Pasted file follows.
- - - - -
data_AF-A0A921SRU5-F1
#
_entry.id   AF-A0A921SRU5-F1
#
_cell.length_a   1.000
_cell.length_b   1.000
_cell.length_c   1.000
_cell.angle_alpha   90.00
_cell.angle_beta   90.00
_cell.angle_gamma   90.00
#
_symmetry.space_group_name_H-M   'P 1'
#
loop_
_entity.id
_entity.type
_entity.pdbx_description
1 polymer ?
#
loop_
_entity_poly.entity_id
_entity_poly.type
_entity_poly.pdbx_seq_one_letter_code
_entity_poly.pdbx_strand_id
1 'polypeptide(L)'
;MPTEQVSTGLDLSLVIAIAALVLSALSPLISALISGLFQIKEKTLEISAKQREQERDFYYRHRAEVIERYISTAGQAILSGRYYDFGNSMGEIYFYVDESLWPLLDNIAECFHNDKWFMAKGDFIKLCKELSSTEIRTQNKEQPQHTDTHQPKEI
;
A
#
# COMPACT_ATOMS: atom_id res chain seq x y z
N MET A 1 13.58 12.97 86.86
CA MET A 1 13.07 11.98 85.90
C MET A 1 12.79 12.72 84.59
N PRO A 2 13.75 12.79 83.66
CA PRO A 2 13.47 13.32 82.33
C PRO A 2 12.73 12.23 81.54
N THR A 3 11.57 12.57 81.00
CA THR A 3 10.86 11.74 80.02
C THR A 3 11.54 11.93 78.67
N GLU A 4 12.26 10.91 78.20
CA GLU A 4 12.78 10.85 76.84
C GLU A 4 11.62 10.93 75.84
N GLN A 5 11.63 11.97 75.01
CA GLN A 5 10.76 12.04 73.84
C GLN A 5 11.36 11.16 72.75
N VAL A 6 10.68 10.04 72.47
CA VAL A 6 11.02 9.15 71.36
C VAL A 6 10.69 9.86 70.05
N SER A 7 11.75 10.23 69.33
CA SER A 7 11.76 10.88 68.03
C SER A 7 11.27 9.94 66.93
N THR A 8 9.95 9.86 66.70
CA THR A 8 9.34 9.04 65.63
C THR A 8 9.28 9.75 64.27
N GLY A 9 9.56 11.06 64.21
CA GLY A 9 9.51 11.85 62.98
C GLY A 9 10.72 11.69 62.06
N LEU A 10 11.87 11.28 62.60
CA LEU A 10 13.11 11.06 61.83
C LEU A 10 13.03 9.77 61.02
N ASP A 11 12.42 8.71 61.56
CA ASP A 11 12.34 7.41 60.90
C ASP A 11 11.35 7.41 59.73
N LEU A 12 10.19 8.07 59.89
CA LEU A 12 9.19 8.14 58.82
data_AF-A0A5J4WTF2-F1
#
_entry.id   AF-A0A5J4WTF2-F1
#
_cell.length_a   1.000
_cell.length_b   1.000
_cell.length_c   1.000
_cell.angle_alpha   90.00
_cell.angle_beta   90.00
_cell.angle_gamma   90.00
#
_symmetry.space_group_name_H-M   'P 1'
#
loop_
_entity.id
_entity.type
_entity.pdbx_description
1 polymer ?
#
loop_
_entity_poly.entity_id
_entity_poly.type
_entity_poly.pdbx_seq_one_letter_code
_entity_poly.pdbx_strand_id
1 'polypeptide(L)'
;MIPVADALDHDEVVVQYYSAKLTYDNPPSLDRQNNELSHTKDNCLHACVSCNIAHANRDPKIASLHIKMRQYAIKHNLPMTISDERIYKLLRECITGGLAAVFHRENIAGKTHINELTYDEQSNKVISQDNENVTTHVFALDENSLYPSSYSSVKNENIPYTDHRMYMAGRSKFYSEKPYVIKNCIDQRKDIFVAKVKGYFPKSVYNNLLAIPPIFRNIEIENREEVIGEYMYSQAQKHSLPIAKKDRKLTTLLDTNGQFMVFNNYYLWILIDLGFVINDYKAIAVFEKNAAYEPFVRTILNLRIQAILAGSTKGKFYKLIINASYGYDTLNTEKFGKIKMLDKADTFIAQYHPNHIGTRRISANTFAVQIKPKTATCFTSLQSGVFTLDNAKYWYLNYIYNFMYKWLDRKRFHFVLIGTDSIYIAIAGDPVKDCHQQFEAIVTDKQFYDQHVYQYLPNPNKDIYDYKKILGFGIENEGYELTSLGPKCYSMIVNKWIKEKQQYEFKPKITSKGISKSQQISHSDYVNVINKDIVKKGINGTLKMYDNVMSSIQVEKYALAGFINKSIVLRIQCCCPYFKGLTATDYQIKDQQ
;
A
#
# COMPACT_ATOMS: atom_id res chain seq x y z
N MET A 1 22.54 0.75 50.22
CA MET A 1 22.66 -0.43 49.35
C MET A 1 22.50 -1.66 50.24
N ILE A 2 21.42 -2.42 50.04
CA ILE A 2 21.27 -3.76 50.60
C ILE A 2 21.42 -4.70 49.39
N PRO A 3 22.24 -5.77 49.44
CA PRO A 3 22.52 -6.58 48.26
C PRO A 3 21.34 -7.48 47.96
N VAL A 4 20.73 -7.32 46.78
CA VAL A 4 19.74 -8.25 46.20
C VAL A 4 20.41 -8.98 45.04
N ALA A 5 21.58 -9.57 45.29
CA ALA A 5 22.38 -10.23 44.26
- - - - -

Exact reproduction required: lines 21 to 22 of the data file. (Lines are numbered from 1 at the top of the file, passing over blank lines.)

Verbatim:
_entity_poly.entity_id
_entity_poly.type